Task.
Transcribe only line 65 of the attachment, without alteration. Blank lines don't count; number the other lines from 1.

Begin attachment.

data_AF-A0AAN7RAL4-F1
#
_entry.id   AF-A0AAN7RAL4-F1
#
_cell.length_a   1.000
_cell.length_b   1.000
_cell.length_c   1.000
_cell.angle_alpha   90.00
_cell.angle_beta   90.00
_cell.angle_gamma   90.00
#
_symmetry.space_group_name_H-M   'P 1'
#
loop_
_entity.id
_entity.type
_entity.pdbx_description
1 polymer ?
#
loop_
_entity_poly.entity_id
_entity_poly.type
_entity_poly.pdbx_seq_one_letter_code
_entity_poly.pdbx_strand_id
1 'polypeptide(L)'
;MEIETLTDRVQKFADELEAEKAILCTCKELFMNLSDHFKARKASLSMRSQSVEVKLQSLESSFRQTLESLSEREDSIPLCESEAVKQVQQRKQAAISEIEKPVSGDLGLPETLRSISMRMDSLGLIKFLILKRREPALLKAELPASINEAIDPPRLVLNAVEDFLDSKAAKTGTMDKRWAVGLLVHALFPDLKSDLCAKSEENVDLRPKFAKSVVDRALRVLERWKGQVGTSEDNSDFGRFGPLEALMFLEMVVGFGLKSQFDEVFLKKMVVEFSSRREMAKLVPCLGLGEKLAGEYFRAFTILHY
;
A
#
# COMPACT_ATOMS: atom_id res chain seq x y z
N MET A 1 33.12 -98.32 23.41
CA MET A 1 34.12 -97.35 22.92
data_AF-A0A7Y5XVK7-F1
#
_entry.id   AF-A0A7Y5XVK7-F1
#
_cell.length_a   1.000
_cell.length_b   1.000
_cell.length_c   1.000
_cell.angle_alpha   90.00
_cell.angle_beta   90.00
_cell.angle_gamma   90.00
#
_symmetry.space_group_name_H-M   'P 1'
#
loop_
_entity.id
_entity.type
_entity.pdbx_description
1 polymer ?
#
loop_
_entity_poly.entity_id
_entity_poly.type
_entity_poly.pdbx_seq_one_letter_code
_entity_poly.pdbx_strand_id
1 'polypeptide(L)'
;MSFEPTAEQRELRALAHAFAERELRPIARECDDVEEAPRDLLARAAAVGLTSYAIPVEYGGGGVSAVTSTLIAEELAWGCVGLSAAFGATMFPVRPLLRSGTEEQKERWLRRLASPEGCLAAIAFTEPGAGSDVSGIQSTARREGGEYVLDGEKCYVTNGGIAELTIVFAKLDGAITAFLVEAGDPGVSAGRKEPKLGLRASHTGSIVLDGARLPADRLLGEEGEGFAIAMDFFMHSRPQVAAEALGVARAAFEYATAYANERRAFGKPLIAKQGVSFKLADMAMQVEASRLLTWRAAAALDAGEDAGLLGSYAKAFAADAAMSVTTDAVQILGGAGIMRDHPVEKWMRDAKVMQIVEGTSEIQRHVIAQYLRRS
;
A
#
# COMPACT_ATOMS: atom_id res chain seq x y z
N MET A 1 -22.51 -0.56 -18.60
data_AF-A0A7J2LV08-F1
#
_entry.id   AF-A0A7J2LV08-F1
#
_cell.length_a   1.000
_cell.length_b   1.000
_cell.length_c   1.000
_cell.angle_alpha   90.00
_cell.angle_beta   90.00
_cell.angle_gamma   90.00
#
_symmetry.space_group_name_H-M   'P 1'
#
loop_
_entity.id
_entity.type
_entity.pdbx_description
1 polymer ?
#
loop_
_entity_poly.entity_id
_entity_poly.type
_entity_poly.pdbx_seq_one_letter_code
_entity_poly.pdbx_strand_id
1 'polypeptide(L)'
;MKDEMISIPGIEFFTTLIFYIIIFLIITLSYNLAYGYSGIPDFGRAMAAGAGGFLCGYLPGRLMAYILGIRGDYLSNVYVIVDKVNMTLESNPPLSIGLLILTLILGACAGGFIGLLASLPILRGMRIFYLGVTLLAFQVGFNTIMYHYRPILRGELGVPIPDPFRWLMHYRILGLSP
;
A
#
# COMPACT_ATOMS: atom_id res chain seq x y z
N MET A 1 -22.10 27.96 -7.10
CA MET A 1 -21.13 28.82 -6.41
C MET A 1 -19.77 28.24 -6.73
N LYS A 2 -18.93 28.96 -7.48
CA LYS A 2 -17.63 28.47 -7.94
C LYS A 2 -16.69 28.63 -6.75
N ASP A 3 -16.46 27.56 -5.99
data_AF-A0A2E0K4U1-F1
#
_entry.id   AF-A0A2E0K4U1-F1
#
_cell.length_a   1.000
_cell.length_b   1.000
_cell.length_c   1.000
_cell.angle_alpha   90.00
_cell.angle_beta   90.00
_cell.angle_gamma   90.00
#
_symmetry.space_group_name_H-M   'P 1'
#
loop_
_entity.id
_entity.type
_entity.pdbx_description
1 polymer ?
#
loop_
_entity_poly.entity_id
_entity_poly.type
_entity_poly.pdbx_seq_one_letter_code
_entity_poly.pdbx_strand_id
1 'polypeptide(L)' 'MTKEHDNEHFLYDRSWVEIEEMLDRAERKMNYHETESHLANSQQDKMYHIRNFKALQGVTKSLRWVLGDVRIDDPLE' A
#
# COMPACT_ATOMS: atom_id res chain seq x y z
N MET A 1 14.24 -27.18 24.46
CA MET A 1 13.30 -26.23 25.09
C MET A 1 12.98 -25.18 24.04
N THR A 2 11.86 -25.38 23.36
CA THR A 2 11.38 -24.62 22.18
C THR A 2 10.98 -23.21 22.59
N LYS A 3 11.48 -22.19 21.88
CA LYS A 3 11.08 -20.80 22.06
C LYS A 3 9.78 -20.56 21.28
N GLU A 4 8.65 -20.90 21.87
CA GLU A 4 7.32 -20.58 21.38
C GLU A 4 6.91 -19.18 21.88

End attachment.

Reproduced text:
#